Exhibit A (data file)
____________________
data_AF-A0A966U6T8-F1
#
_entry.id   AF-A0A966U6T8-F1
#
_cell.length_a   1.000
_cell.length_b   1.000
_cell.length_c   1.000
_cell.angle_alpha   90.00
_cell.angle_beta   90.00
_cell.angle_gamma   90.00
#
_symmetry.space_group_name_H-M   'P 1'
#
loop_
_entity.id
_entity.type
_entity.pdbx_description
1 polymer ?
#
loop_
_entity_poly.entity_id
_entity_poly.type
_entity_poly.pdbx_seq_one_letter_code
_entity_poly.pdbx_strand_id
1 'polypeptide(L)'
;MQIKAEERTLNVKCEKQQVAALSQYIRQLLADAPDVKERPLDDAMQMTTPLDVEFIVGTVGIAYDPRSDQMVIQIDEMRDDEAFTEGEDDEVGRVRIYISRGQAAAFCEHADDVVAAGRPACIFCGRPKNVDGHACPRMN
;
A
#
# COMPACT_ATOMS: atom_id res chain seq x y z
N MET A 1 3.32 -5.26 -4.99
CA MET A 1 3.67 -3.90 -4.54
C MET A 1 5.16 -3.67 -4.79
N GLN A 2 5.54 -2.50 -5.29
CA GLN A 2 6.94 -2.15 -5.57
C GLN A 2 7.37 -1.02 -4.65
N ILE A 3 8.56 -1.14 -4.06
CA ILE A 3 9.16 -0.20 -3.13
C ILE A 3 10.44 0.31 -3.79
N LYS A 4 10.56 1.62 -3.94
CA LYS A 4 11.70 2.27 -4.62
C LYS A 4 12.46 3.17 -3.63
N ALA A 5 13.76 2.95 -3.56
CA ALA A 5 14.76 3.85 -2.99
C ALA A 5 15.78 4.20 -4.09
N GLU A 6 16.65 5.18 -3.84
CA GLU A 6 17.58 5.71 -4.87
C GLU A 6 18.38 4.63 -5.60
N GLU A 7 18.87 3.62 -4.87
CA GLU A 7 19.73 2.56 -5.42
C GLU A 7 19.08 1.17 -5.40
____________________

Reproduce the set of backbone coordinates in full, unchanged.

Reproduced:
data_AF-A0A966U6T8-F1
#
_entry.id   AF-A0A966U6T8-F1
#
_cell.length_a   1.000
_cell.length_b   1.000
_cell.length_c   1.000
_cell.angle_alpha   90.00
_cell.angle_beta   90.00
_cell.angle_gamma   90.00
#
_symmetry.space_group_name_H-M   'P 1'
#
loop_
_entity.id
_entity.type
_entity.pdbx_description
1 polymer ?
#
loop_
_entity_poly.entity_id
_entity_poly.type
_entity_poly.pdbx_seq_one_letter_code
_entity_poly.pdbx_strand_id
1 'polypeptide(L)'
;MQIKAEERTLNVKCEKQQVAALSQYIRQLLADAPDVKERPLDDAMQMTTPLDVEFIVGTVGIAYDPRSDQMVIQIDEMRDDEAFTEGEDDEVGRVRIYISRGQAAAFCEHADDVVAAGRPACIFCGRPKNVDGHACPRMN
;
A
#
# COMPACT_ATOMS: atom_id res chain seq x y z
N MET A 1 3.32 -5.26 -4.99
CA MET A 1 3.67 -3.90 -4.54
C MET A 1 5.16 -3.67 -4.79
N GLN A 2 5.54 -2.50 -5.29
CA GLN A 2 6.94 -2.15 -5.57
C GLN A 2 7.37 -1.02 -4.65
N ILE A 3 8.56 -1.14 -4.06
CA ILE A 3 9.16 -0.20 -3.13
C ILE A 3 10.44 0.31 -3.79
N LYS A 4 10.56 1.62 -3.94
CA LYS A 4 11.70 2.27 -4.62
C LYS A 4 12.46 3.17 -3.63
N ALA A 5 13.76 2.95 -3.56
CA ALA A 5 14.76 3.85 -2.99
C ALA A 5 15.78 4.20 -4.09
N GLU A 6 16.65 5.18 -3.84
CA GLU A 6 17.58 5.71 -4.87
C GLU A 6 18.38 4.63 -5.60
N GLU A 7 18.87 3.62 -4.87
CA GLU A 7 19.73 2.56 -5.42
C GLU A 7 19.08 1.17 -5.40